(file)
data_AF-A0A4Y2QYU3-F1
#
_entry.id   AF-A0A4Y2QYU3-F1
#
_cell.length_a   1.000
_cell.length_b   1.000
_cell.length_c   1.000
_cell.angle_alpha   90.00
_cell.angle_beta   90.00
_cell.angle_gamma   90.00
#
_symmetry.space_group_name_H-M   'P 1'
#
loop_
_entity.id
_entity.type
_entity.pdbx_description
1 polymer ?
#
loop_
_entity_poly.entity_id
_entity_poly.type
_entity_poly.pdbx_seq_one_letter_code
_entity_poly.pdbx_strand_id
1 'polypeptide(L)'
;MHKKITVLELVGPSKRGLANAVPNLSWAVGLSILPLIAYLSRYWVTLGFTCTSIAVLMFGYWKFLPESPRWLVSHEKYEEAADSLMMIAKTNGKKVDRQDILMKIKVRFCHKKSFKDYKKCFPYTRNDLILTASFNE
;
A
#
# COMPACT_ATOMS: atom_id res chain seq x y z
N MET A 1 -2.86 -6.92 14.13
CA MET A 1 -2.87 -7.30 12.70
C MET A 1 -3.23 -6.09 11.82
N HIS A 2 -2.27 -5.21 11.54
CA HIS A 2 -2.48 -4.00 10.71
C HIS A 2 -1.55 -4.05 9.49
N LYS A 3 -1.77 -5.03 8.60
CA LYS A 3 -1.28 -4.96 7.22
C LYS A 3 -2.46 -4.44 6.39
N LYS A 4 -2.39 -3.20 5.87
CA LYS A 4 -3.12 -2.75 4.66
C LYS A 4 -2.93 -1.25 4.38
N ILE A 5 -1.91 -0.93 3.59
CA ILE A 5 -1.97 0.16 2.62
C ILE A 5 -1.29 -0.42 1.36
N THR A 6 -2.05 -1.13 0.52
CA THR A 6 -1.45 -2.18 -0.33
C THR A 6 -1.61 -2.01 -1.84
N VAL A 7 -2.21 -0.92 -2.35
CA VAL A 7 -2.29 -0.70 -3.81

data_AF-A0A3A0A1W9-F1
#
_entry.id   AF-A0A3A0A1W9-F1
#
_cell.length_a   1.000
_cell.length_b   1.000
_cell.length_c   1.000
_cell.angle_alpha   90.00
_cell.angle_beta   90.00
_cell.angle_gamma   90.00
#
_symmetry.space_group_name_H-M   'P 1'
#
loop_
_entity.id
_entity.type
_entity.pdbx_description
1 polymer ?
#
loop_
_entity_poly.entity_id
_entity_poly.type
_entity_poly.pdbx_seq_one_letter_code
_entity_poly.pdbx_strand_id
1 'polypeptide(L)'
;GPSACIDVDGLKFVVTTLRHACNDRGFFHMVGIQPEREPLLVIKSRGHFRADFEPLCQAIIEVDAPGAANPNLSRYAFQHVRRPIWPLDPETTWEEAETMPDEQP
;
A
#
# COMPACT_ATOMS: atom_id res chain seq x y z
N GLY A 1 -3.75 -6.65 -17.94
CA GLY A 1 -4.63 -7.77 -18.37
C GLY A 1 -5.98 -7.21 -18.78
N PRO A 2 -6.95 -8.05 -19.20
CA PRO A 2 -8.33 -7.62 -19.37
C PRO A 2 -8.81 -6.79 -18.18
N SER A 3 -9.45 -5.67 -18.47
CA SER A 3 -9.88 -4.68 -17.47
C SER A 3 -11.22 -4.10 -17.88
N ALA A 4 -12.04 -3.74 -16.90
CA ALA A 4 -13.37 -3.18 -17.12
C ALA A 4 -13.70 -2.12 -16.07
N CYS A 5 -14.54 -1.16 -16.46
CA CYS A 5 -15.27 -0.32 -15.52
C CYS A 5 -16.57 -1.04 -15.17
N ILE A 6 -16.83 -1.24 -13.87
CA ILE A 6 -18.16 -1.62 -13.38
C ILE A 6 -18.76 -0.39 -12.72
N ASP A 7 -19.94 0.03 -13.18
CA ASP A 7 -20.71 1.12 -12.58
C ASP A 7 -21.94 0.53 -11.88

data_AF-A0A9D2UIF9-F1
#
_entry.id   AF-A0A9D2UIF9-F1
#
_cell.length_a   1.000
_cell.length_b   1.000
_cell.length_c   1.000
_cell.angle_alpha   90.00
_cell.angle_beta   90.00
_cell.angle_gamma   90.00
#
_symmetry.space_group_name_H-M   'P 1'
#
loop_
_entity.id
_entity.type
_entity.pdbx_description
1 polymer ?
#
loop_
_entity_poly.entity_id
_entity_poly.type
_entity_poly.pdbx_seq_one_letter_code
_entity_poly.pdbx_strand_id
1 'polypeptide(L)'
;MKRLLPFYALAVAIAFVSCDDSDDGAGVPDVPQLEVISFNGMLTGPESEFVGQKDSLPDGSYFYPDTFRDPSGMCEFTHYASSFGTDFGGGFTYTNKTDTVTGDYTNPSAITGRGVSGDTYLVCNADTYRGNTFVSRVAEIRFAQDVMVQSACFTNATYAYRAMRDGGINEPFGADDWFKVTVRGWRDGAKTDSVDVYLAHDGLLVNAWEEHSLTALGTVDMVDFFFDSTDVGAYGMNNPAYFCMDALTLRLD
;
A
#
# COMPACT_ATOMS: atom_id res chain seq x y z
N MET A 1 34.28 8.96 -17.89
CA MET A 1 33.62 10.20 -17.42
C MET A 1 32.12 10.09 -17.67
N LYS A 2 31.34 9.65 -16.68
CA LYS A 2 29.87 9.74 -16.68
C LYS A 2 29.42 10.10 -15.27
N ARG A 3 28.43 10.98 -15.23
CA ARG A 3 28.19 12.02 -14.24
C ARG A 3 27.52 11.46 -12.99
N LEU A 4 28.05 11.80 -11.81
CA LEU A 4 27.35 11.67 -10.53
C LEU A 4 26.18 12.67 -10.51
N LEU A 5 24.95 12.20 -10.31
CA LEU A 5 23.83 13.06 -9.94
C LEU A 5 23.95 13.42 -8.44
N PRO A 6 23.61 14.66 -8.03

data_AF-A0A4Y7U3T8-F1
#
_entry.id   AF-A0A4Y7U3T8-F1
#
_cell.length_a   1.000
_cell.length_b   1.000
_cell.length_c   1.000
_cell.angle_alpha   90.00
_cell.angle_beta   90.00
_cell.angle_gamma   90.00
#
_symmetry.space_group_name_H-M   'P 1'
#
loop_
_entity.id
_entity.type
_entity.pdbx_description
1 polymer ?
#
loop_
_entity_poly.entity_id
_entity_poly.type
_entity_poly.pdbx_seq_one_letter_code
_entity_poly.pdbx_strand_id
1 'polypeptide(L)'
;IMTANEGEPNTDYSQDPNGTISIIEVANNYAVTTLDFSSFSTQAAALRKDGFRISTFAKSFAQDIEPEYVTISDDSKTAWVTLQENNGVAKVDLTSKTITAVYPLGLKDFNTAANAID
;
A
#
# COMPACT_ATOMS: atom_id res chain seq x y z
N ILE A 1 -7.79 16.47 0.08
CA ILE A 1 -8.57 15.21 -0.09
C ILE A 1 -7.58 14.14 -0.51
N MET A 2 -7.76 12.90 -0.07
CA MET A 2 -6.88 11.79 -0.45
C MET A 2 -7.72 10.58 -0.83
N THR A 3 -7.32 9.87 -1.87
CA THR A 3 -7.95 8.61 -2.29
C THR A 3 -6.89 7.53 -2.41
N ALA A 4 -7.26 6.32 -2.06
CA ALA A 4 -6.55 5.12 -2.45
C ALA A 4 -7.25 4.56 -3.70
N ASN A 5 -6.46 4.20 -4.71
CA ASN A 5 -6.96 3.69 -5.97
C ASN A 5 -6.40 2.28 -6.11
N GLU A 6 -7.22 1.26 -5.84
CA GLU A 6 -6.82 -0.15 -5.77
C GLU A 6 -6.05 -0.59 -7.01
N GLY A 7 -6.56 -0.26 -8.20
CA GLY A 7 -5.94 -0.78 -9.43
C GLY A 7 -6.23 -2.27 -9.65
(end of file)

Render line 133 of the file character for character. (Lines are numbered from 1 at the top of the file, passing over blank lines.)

CA MET A 1 33.62 10.20 -17.42